York in Poetry: Visitation

Posted on 25 November 2012 | Poem

The Shambles, York, 1586

A familiarity of crooked dwellings lean,
reaching out, as if to grasp some comfort
from their neighbours in these hard times.
Sensing my presence the call of livestock
echoes from behind the shops
splitting the evening’s calm.
I, Margaret Clitherow, lived here…
Flesshamel, Shamel, Shambles,
street of many butchers.

Moonlight appears to dance, nervously glance
as my footsteps soundlessly drift
along these ancient cobblestones;
skulking shadows darkening door
and passageway, embracing the open gutter.
The scented cloth held to a nose
barely dispels the dreadful smell,
the hell of putrefying matter thrown
from upper windows, cast from butcher shops.

Did those who tried to diminish my faith
tell you I sheltered travelling priests,
held Mass for local Catholics at No.36.
Inspectors watching, counting, searching:
three windows on the outside
two only on the inside; they’d sometimes
find the churchmen’s hiding place.
Many were their warnings and
detention in cold, dank dungeons
where I longed for many a loving sunlit dawn.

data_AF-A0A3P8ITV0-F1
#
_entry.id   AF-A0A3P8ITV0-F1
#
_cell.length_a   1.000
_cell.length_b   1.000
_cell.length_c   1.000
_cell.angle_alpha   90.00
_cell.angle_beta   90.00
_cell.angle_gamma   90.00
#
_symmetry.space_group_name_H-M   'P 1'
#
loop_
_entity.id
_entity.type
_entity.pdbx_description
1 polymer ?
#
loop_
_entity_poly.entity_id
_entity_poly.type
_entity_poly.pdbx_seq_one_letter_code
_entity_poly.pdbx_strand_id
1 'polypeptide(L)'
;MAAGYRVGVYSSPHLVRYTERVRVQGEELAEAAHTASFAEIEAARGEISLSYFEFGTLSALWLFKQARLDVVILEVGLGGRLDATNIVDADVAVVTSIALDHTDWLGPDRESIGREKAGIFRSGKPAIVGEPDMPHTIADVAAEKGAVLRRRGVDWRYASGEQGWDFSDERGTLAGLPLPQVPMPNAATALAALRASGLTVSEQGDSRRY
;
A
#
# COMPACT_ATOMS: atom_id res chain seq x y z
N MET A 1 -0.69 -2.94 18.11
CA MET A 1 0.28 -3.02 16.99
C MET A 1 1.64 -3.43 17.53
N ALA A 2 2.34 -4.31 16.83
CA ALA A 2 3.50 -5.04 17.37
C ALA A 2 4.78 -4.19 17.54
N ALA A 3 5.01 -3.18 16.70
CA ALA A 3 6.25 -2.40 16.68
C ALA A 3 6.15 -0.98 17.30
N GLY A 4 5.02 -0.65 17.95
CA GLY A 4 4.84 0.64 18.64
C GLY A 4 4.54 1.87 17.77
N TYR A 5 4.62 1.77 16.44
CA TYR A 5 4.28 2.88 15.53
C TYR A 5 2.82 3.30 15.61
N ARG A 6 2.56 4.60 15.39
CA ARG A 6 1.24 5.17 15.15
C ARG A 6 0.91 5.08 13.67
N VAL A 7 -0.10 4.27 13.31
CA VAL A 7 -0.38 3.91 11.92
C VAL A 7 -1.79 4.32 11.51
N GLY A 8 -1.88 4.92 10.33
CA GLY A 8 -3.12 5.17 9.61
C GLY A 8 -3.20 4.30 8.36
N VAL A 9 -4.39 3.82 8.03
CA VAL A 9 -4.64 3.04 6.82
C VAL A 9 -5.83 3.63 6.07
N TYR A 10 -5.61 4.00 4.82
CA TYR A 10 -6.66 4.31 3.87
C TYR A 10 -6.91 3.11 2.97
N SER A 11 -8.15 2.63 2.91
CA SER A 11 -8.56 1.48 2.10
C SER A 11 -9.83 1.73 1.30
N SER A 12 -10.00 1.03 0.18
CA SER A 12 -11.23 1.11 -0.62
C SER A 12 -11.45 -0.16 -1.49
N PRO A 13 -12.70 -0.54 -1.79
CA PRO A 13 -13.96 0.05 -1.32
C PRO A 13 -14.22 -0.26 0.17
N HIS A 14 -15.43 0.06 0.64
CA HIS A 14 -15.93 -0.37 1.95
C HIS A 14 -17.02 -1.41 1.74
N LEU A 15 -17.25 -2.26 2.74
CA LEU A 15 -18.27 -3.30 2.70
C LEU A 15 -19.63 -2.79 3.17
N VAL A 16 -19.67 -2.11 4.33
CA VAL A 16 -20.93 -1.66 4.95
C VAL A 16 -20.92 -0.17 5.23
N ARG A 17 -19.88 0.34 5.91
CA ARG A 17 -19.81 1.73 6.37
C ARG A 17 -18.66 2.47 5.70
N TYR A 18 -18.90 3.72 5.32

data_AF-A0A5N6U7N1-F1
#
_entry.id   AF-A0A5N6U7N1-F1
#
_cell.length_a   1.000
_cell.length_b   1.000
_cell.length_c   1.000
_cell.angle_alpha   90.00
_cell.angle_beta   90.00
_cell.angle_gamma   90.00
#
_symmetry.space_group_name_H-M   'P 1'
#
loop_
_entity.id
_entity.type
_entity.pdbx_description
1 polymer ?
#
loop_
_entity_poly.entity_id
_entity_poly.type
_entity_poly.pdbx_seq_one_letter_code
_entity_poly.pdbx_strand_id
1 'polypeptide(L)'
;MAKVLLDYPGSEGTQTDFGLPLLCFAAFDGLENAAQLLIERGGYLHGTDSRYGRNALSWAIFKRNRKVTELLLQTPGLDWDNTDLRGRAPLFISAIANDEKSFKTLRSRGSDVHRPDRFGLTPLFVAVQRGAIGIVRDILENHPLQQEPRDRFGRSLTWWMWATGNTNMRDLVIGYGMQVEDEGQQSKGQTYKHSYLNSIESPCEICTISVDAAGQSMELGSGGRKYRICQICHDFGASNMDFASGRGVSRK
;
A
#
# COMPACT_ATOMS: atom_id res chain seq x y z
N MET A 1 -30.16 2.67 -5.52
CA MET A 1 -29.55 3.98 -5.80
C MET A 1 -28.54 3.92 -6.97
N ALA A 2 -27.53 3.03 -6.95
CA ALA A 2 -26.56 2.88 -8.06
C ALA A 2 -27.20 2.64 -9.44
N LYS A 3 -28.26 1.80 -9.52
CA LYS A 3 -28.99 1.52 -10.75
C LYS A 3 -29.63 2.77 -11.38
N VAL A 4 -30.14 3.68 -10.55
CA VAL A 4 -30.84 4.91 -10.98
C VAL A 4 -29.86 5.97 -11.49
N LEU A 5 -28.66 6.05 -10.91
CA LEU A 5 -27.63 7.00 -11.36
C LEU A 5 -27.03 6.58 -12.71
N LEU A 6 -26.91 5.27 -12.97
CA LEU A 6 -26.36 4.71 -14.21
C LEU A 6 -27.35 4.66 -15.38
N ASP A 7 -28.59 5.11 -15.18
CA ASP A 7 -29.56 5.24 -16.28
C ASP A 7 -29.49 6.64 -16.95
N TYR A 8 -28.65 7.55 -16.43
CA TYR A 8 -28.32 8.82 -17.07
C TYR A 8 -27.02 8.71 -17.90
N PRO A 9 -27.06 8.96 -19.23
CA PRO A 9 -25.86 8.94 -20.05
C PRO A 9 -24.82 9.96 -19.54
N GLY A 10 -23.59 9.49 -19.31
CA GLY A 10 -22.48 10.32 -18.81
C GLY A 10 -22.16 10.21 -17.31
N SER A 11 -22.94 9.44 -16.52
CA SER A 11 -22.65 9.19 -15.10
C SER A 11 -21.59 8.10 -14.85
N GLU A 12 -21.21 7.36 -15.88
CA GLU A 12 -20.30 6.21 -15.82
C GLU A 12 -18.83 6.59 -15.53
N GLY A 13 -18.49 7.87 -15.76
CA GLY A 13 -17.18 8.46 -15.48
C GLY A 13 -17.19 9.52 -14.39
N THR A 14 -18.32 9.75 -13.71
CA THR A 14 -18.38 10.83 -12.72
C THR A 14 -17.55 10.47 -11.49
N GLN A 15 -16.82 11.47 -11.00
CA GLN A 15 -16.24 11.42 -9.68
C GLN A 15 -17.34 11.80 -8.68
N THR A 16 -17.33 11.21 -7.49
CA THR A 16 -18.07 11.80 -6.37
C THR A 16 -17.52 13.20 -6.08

Returning home to my dear husband John
I never swerved to avoid the dark times;
no cobwebs of doubt around my doorway
enticing me to succumb to religious blindness.
I had my own truth and the Lord’s love.
When the mean sharp corners of my life
scratched at my reserve I turned the other cheek.
Please do not fault that frightened child
who spoke against me, caused my final downfall;
intolerance another word the bigots taught her.

Defending my right to choice of faith
I denied my detractors the falseness of trial.
Ouse Bridge prison then my deathly abode
where I’d sewn the white shroud in which I lay
face down on cold dank flags, restrained;
upon my waistline a large stone was placed.
A door they laid upon my defenceless form,
I would not weep but quietly prayed
then stone piled on stone un-gently added
until breath departed from my tortured frame.

- Barbara Robinson